Why can the American public not save jobs, stop the sell-off of public property at bargain rates to private interests, protect our private records, halt the sale of Uzies for recreational purposes, or have traffic laws enforced?
We did win one fight. We managed to make General Mills, with its nearly $18 billion in annual sales, back down after it changed its coupon policies, so let’s find a way to use the power of public opinion for greater good. Please use the reply box at the bottom of this blog to provide suggestions – you won’t forego any rights if you do.
A bit of background, if necessary: General Mills established a new requirement that disputes from those using its “benefits,” including coupons, would have to be submitted to binding arbitration rather than the courts, but after four days of backlash, the company behind brands like Cheerios, Wheaties and Pillsbury, was so scared that it will allow us to sue it again, as Stephanie Strom of the N.Y. Times reported.
If the public is able to weigh in with such force to maintain its right to be litigious — a right most of us will never use — how can we use the weight of public opinion to persuade corporations, and even our problematic local, state and federal governments, to take measures more likely to be of greater worth to us, like promoting job growth and a reliable banking system?
Could we use our power to persuade Sallie Mae, the student loan firm, to bring ALL its jobs back to the U.S. and hire the students and parents who are its customers and wealth source? Could consumers target a corporation that announces job layoffs at the same time it increases executive salaries exponentially? Would our politicians and the interests that own them take note that the natives are finally restless?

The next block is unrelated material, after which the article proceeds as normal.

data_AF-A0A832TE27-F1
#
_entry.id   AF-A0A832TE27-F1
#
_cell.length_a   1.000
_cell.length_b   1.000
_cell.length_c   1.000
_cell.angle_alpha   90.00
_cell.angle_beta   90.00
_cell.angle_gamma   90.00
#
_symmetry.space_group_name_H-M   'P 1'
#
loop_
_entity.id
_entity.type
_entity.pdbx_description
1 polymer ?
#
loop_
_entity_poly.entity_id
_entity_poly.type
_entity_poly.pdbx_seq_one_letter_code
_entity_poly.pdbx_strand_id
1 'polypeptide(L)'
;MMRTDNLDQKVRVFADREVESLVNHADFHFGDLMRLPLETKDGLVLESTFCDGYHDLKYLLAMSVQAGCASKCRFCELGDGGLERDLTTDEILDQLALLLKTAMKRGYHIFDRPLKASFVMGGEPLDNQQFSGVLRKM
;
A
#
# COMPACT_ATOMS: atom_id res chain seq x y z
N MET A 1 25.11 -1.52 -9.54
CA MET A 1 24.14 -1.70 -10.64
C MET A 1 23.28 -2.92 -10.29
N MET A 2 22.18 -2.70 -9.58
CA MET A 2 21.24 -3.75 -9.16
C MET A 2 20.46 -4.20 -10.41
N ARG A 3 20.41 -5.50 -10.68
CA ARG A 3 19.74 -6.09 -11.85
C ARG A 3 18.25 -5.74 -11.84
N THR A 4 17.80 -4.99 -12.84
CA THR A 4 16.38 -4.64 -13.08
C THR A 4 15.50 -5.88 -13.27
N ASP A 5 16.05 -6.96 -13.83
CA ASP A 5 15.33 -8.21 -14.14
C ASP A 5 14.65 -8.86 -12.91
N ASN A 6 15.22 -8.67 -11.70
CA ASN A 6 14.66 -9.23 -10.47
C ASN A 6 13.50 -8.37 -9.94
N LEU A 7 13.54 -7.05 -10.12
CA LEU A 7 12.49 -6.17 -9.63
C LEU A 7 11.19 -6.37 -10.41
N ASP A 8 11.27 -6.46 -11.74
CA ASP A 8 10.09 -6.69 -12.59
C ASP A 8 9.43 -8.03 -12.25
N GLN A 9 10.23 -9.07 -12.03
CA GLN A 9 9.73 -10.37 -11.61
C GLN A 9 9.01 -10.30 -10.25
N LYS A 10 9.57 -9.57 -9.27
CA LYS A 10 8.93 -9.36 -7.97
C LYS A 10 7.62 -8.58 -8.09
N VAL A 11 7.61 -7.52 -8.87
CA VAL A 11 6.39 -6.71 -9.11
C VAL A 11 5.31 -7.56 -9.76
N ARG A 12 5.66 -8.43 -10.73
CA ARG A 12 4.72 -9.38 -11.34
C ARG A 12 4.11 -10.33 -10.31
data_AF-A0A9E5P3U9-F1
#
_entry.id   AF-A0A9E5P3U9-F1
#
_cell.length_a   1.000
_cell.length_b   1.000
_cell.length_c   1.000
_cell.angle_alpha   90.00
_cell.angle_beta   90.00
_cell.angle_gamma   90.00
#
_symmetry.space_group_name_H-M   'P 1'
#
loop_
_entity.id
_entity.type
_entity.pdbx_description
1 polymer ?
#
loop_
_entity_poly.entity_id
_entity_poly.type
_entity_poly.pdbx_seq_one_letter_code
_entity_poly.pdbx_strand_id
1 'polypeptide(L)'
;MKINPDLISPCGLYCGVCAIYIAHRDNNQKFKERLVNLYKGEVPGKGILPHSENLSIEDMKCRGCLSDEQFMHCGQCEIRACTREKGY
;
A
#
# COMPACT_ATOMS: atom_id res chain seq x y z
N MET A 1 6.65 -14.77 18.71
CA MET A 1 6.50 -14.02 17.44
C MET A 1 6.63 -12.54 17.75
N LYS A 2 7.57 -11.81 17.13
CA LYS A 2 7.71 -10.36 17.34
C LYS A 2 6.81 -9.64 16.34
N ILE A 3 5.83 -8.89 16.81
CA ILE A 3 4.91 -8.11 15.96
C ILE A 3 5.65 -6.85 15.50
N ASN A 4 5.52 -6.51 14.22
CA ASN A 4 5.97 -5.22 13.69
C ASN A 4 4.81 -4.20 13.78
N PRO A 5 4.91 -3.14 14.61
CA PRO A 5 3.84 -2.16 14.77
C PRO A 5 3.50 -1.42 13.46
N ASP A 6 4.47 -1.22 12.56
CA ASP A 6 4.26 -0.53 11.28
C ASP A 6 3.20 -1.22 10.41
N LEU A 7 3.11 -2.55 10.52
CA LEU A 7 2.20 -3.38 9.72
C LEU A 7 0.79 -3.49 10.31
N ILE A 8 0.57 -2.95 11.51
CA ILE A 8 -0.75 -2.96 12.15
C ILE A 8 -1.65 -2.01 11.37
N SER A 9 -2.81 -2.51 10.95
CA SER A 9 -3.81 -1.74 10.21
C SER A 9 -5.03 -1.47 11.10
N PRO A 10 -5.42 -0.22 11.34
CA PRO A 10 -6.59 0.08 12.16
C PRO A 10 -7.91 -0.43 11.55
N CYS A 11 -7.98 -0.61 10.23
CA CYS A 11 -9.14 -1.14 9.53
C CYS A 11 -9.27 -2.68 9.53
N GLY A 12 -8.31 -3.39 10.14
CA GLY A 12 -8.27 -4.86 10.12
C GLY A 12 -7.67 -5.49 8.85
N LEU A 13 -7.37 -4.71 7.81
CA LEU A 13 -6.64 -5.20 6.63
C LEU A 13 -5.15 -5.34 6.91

Surely part of the reason why we do not recognize and claim our public clout for greater good is a lack of focus – unemployment is a more complex issue than the right to sue, and the corporate-government alliance that has decimated U.S. manufacturing is murkier and more diffuse than one corporation, even the mega-sized General Mills. As is the case with General Mills, it would have to be one corporation at a time and we would have to protest layoffs that don’t involve ourselves.
To be fair to processed food companies, they are struggling in the courts. Strom pointed out in her earlier story that General Mills has been plagued by suits – like the one it settled in late 2012 when it had to take the world “strawberry” off the label for its Strawberry Fruit Roll-Ups because the product did not contain strawberries.
Even now the Supreme Court is considering arguments over whether Coca-Cola’s Minute Maid brand misled consumers when it put only traces of pomegranate and blueberry in its pomegranate-blueberry blend. Coke’s lawyer said the public was too sophisticated to be misled by its label. After Justice Anthony Kennedy told her that he himself had thought it was pomegranate juice, Justice Antonin Scalia opined that Justice Kennedy “sometimes doesn’t read closely enough.” It sounded like a rare day of fun for the justices.
Would Americans be galvanized to action if what sophisticated writers call “the hallowing out of the middle class” involved saving fifty cents off a box of cereal or provoking some laughs? As it is, thanks to General Mills’ capitulation we should be able to sue processed food companies for some time and the good will generated by Poppin’ Fresh, better known as the Pillsbury Doughboy, has been restored.